Yet, while not entirely sure who we were, his spirit was on full display. Struggling to understand my dad’s question as to whether he wanted to eat in his room or in the facility’s dining area, my brother simplified it: “do you want to eat on your bed or in the mess hall?”  He yelled “the mess hall!”

So that’s where we took him, to the mess hall.  And that’s where we left him, at a table in the cafeteria, waiting for lunch.

Even by Ed’s standards, the menu wasn’t appetizing. So, I hope that in his mind, it was an all-you-can-eat wild game dinner, and bottomless pints of Ballantine Ale.

To Uncle Edmund!

Onto the quiz!


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  • Exception:  Question 5.  We try to play that one honest.
  • Unless stated otherwise, the Vermont Rules of Professional Conduct apply
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Question 1

The Vermont Bar Association’s Pro Bono Committee meets next week to review nominations for the 2020 Pro Bono Award. I chair the committee, so if you want to nominate a lawyer, email me the nomination.

By rule, lawyers are expected to provide _________________:

  • A.   pro bono services to those in need.
  • B.   50 hours of pro bono legal services
  • C.   60 hours of pro bono legal services.
  • D.   a reasonable amount of pro bono legal services.

Question 2

A lawyer called me with an inquiry. I listened, then responded “the first question is whether the new matter is the same as or substantially related to the old matter.”

Given my response, the lawyer called to discuss the rule on:

  • A.  candor to a tribunal.
  • B.  communication with a juror.
  • C.  communication with a represented person.
  • D.  conflicts of interest.

Question 3

Which is expressed in a different rule than the others?

  • A.  don’t state or imply that you’re disinterested.
  • B.  don’t contact her unless the clerk has certified that her term is complete.
  • C.  if she misunderstands your role, correct the misunderstanding.
  • D.  if her interests are likely to conflict with your client’s, don’t give her any legal advice other than the advice to secure counsel.

Question 4

At a CLE, I said “the rule includes 3 exceptions:

  1. the testimony relates to an uncontested issue;
  2. the testimony relates to legal services provided in the case; or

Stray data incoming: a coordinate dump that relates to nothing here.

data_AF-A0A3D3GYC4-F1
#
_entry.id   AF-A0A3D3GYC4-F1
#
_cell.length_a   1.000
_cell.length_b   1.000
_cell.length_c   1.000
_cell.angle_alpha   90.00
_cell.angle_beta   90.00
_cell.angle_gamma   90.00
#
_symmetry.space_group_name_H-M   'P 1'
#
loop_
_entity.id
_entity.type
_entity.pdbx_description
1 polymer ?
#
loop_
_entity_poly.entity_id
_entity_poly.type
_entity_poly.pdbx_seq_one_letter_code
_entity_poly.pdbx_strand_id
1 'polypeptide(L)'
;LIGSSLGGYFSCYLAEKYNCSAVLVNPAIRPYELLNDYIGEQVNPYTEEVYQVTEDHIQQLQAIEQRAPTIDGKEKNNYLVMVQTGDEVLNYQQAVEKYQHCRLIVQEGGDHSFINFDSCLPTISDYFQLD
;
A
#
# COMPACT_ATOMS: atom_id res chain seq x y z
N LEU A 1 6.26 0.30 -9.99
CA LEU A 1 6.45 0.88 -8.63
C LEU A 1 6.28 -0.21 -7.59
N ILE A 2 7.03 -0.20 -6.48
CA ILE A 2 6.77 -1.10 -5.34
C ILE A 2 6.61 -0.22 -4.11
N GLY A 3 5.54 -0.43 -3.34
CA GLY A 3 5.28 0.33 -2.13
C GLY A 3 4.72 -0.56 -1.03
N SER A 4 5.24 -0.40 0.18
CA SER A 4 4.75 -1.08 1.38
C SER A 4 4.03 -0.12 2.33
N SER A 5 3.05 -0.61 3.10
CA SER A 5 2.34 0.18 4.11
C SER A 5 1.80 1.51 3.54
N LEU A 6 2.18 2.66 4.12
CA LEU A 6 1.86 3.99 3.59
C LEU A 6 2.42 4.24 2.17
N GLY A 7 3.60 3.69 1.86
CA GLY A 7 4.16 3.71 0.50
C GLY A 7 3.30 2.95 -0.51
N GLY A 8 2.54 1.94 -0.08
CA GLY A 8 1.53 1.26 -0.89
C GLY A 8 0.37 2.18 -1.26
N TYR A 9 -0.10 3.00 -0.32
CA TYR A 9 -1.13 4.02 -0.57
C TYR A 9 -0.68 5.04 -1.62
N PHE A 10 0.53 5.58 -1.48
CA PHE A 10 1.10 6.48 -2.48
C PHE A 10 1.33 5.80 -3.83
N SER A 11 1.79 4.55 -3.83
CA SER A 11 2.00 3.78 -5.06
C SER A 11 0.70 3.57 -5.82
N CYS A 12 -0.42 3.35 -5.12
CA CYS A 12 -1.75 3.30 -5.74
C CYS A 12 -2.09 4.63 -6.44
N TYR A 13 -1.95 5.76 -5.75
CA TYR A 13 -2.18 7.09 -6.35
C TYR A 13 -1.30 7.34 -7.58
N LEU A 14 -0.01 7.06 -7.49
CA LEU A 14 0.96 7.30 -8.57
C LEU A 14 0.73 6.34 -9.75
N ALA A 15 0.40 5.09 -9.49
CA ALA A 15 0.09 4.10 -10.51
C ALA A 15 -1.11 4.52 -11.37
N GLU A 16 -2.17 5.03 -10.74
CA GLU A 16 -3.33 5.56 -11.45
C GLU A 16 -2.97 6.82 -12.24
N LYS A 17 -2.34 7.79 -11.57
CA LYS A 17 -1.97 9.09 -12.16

3. disqualifying the lawyer would cause substantial hardship to the client.”

I was discussing the rule that applies when a necessary witness in a trial is _______:

  • A.   a lawyer who is representing a party to the same trial.
  • B.   a former client of a lawyer who is representing a party to the same trial.
  • C.   a current client of a lawyer who is representing a party to the same trial.
  • D.   a lawyer who used to be the presiding judge’s law partner.

Question 5

With Captain Kennedy in mind this week, a two-part question:

In an argument made during a jury trial that took place in 1770, a criminal defense attorney said:

  • “Facts are stubborn things; and whatever may be our wishes, our inclinations, or the dictates of our passion, they cannot alter the state of facts and evidence . . . It is more important that innocence be protected than it is that guilt be punished, for guilt and crimes are so frequent in this world that they cannot all be punished. But if innocence itself is brought to the bar and condemned, perhaps to die, then the citizen will say, ‘whether I do good or whether I do evil is immaterial, for innocence itself is no protection,’ and if such an idea as that were to take hold in the mind of the citizen that would be the end of security whatsoever.”

Name the lawyer and the event that resulted in the lawyer’s clients being charged.



3 thoughts on “Five for Friday #191

  1. Beautiful story of your Uncle Edmund, Michael! Thank you!

    Hope all is well with you.

    ​Aunt Claire